Beware of these 8 common mistakes when you visit Valencia and avoid looking like a tourist.
1) What's in a paella?
When ordering lunch, don't expect a traditional Valencia paella to be seafood, it's not! In fact, the original recipe contains chicken, rabbit and often snails too, which can be quite a surprise if you were expecting something else. If it's seafood you're after order a Paella de Marisco instead, or why not cook your own on our Paella Classes?
2) Transport savings
If you use the metro (underground) and buy a one-way fare, don't throw your ticket away afterwards. If you make another trip you can reuse it and save a Euro on the fare. Or, to really save money, if you'll be using the metro frequently buy a TuiN or Bonometro ticket instead, which gets you multiple trips at a lower rate. More details on the metro website here in English.
3) Dangerously refreshing
Don't underestimate how strong Agua de Valencia is. This delicious local fresh orange cocktail is very refreshing and it's easy to glug it down to quench your thirst in the heat. Remember though: it contains cava and usually a generous amount of vodka and gin too. Treat it with respect or you'll need to be carried back to the hotel!
4) Worth waiting for
Don't eat paella anywhere that does't insist on a minimum of 2 people ordering or doesn't make you wait 30 minutes for it. If they don't apply these rules it almost certainly means they've already cooked the paella and are reheating portions for each order, which will never taste so good and often means the rice has gone mushy. If you want a good paella, it needs to be cooked and served in the moment, which takes about 30 minutes. Don't worry if you're hungry, you can still enjoy some great starters to share Valencian-style while you're waiting, or, better still, cook your own lunch on our Paella Classes. Oh, a local would never eat paella for dinner either, only for lunch!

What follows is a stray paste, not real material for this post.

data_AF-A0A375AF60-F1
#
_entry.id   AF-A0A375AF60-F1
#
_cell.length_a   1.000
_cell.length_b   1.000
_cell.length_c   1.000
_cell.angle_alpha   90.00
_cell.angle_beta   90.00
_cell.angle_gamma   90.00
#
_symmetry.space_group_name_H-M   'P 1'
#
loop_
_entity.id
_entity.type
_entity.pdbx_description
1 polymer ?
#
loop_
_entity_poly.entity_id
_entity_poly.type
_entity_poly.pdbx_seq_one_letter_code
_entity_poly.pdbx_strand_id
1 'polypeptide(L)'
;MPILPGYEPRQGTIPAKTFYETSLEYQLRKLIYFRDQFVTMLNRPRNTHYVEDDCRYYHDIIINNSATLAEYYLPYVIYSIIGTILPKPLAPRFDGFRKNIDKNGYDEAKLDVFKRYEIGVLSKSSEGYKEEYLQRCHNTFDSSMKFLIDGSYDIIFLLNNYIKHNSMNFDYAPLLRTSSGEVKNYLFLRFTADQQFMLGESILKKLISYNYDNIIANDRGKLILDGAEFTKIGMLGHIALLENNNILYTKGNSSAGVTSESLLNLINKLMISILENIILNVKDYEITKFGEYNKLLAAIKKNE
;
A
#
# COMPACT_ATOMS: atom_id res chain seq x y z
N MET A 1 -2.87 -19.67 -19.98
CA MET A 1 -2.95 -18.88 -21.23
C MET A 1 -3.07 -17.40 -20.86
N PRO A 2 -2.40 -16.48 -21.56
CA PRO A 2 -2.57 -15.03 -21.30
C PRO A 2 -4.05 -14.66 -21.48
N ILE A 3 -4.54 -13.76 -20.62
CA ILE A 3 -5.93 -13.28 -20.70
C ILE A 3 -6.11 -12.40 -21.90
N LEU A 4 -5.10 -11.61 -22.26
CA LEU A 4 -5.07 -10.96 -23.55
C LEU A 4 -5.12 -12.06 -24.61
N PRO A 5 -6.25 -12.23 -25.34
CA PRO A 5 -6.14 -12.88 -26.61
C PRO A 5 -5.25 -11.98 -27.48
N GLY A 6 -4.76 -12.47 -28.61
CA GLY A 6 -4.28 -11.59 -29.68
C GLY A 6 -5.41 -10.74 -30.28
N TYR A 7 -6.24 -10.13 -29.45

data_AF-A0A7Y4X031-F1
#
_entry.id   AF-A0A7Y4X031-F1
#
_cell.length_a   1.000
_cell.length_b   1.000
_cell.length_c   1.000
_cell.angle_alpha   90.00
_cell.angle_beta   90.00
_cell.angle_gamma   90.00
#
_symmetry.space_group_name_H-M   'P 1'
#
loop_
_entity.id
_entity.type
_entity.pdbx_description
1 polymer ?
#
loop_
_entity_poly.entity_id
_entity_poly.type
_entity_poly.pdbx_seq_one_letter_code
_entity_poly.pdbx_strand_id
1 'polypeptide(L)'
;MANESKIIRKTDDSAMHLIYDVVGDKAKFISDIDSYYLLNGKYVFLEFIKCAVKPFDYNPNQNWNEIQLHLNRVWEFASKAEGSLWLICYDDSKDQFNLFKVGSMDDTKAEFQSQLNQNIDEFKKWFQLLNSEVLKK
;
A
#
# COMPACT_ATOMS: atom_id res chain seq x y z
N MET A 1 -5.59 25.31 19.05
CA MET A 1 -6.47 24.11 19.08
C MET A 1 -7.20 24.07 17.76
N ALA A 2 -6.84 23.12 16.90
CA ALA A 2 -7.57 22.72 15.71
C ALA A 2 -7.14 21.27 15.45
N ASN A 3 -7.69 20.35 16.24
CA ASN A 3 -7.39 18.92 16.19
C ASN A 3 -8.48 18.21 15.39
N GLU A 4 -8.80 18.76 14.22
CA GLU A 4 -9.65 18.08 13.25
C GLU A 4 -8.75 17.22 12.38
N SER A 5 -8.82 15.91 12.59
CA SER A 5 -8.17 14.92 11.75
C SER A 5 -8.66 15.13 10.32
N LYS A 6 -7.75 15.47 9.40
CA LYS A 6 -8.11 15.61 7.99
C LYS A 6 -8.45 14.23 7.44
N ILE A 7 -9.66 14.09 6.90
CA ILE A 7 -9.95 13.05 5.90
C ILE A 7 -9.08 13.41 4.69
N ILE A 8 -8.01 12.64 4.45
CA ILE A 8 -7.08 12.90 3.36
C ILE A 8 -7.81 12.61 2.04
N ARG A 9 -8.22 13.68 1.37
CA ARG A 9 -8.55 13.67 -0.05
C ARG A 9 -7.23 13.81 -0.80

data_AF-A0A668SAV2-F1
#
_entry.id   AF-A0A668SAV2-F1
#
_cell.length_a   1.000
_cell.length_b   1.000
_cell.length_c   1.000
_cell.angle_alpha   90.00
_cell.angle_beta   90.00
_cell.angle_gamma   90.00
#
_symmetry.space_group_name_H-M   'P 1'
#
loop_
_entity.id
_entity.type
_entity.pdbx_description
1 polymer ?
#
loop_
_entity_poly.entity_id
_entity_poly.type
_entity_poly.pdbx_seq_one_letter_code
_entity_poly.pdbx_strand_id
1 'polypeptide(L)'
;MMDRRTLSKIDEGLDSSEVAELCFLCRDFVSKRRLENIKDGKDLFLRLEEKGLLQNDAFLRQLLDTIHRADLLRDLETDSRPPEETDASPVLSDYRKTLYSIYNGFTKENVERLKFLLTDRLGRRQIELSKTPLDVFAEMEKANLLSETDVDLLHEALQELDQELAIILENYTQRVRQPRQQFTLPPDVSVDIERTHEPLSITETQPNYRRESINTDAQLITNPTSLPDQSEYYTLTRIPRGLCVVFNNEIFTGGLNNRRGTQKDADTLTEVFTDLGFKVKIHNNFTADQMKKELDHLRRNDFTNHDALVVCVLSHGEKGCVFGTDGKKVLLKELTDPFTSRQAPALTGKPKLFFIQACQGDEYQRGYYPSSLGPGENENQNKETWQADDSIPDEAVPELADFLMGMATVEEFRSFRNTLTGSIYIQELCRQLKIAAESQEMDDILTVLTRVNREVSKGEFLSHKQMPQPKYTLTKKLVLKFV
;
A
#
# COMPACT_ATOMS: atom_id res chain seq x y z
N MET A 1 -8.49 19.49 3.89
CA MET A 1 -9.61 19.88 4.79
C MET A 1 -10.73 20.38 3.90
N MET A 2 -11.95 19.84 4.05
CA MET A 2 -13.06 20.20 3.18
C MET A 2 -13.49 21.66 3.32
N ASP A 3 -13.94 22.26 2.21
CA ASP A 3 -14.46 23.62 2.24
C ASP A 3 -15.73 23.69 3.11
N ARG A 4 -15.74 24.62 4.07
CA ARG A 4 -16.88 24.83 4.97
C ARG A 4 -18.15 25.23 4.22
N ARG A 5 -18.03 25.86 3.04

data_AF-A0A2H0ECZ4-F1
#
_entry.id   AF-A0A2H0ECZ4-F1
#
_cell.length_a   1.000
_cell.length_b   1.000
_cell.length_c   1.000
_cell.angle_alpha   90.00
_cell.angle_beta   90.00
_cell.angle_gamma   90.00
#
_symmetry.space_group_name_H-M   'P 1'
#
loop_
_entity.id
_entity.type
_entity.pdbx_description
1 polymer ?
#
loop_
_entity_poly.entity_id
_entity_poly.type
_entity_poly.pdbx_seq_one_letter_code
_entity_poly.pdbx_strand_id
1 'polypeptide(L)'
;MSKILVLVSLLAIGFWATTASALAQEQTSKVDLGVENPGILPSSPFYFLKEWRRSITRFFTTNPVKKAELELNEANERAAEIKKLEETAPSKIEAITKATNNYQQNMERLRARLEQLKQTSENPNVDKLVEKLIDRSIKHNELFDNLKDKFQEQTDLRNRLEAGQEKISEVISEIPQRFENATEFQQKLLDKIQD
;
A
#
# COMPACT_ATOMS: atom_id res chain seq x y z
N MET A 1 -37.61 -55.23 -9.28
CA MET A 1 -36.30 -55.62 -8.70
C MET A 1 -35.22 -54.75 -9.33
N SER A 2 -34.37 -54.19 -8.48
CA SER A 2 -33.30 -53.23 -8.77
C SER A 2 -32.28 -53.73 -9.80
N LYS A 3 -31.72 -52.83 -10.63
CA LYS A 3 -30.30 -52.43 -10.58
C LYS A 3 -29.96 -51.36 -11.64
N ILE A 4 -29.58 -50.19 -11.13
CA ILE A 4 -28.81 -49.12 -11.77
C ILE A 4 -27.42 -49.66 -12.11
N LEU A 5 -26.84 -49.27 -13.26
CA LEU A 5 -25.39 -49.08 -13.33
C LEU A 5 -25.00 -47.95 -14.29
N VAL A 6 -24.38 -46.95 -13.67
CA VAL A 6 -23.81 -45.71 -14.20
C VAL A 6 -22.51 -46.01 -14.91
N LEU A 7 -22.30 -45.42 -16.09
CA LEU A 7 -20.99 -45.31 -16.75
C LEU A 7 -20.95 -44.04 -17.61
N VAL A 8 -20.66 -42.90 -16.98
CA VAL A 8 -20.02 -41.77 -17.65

5) Don't slip up
Don't wear flip-flops if it rains, no matter how warm it is! It's very unusual that it rains in Valencia and so many pavements aren't designed for the wet. So if you're out and about on a rare occasion when it is raining, be sure to wear shoes with good soles, or you'll be slipping and sliding, especially on the beautiful marble pavements around the Plaza del Ayuntamiento and some other city centre streets.
6) Where am I?
Don't confuse Valencian and Spanish place names. Both languages are spoken in Valencia and street signs and maps can be labelled in one or the other, or both. This means the same address can apparently have two different names. For example, the square in front of city hall is called Plaza del Ayuntamiento in Spanish, but Plaça de l'Ajuntament in Valencian, and the street in the city centre that is called Calle de la Paz in Spanish, is known as Carrer de la Pau in Valencian.
7) Don't be early
Eat and go out at the right time. In Valencia (and Spain generally) everything happens an hour or two later than in many other countries. So, lunch is served from 2pm-2:30pm, dinner is served from 8pm-8:30pm and nightclubs don't get busy until around 1am. If you find places that open earlier than this they will usually be for tourists, so if you want authentic food and fun, stick to the local timetable instead.
8) Sorry, we're closed
Watch out for siestas, Sundays and public holidays. With the exception of some tourist areas, most shops and businesses stay closed on Sundays and public holidays, and many close for a siesta in the early afternoon too. Also, banks only usually open to the public on weekday mornings.